derives the Echinoderms (sea stars, sea urchins, and related
animals) and Chordates (fishes, mammals, and birds) from the
Cnidaria (corals, sea anemones and hydroids). This linkage
was not too dissimilar to what had been proposed prior to
the new methodologies and served, in some regards, to validate
the logical methodology used through most of the nineteenth
and twentieth centuries. However, the lineages presumed to
link the rest of the animal kingdom, indeed the vast majority
of the animal groups, was thoroughly juggled and rearranged.
We now recognize one vast assemblage of many animal groups
which is defined by the presence of a particular type of larva
called a trochophore, or the presence of a crown of ciliated
tentacles around their mouth. This crown of tentacles is called
a "lophophore." This assemblage of animal groups,
containing the mollusks, annelids, brachiopods, and numerous
smaller groups is called the "Lophotrochozoa," a
name derived from the names of the two major characters, the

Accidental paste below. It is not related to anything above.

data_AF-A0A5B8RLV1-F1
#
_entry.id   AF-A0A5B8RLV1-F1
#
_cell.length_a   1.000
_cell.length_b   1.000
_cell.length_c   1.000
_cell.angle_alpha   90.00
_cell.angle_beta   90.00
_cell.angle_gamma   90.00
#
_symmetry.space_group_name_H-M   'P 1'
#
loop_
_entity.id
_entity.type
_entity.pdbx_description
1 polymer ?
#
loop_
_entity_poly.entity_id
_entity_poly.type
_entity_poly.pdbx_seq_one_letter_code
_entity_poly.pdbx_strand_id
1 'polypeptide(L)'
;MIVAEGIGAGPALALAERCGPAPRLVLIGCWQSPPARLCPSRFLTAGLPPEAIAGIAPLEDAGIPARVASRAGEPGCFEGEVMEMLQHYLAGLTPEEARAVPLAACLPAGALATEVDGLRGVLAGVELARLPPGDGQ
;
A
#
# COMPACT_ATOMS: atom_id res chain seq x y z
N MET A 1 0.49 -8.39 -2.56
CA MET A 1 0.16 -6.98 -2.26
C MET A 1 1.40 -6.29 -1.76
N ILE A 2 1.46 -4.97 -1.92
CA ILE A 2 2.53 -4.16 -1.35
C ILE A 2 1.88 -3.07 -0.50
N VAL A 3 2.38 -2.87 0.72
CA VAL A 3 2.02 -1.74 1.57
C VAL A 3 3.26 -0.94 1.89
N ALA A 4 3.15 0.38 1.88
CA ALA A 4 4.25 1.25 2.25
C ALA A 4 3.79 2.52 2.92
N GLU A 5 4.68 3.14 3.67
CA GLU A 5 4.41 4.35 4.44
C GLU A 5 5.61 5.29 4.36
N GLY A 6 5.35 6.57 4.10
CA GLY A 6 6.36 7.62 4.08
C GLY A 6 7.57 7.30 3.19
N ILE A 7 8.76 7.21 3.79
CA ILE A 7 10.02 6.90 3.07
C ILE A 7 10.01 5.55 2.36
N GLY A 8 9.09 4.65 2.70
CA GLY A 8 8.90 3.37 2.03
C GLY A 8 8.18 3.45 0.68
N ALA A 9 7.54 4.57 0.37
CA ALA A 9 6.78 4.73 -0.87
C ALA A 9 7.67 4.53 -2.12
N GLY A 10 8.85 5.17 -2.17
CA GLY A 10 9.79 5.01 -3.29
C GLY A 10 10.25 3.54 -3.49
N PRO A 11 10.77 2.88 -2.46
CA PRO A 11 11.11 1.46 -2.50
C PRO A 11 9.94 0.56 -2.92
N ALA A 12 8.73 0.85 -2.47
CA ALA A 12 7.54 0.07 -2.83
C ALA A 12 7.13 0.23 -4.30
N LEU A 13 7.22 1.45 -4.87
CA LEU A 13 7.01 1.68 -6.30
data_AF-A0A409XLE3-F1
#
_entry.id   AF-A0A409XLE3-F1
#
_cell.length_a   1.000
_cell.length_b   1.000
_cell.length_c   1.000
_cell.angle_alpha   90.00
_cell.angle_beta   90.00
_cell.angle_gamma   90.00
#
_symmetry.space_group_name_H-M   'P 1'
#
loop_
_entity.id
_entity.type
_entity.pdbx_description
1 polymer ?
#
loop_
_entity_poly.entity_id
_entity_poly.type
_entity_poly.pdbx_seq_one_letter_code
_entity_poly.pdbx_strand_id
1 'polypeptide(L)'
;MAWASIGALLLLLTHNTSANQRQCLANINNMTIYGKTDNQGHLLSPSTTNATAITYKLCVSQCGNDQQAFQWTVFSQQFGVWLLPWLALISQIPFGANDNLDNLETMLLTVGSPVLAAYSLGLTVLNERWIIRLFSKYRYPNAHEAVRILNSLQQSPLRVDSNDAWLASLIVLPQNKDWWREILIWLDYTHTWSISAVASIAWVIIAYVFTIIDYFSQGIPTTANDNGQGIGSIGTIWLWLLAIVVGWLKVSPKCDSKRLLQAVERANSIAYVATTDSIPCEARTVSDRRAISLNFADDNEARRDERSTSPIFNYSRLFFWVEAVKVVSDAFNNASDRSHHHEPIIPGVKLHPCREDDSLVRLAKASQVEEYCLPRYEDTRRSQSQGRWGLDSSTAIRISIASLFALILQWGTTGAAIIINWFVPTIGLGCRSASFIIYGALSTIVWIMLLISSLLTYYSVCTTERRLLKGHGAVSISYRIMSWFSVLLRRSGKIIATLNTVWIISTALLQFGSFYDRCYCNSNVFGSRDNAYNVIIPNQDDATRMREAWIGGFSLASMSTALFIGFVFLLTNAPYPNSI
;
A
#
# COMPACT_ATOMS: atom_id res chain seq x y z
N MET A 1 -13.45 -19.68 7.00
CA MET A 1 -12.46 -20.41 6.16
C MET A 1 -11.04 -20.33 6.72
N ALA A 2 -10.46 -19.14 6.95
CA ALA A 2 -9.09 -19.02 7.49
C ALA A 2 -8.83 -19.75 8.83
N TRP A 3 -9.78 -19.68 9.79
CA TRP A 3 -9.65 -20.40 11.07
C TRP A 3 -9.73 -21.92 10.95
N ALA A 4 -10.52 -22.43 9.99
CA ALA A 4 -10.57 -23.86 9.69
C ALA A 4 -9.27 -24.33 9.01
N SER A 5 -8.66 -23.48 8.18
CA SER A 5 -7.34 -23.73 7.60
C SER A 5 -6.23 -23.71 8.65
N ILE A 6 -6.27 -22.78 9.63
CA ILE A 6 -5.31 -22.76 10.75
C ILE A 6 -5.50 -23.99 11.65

lophophore and the trochophore.
The final assemblage of animal groups,
containing relatively few major groups but, by far and away,
most of the animal species, is characterized by animals that
have to molt to grow. These animals have either an inelastic
cuticle or an "exoskeleton" that covers their entire
body. The name for the group, the Ecdysozoa reflects their
need to shed their outer covering as they grow. Ecdysozoa
is derived from the words "ec-" (from the
Greek word "ek-" meaning: "out of"), +
"dysis" (from the Greek word, "dyō,"
meaning: "to put on clothes,") giving the New Latin
word, "ecdysis," (meaning: "a getting
out of clothing, molting.") +"zoa" (from
the Greek word, "zōon," meaning: an animal
or living being). So, these are the animals that molt or get
out of their clothes or, in other words, they are strippers.
Apparently the genetic machinery for the
construction of a cuticle or inelastic covering, coupled with
the need to shed such a covering to grow really evolved only
once as all of these groups seem to have the same basic genome
for the physiological "machinery" necessary for
molting. There is a progression of forms from simple molted
cuticles to quite complex molted "exoskeletons."
The latter, of course, are found in the arthropods, such as
crabs, insects, and spiders, whereas the simpler forms are
found in several other animal groups or phyla. Complex, but
simpler, cuticles are also found in nematodes or roundworms.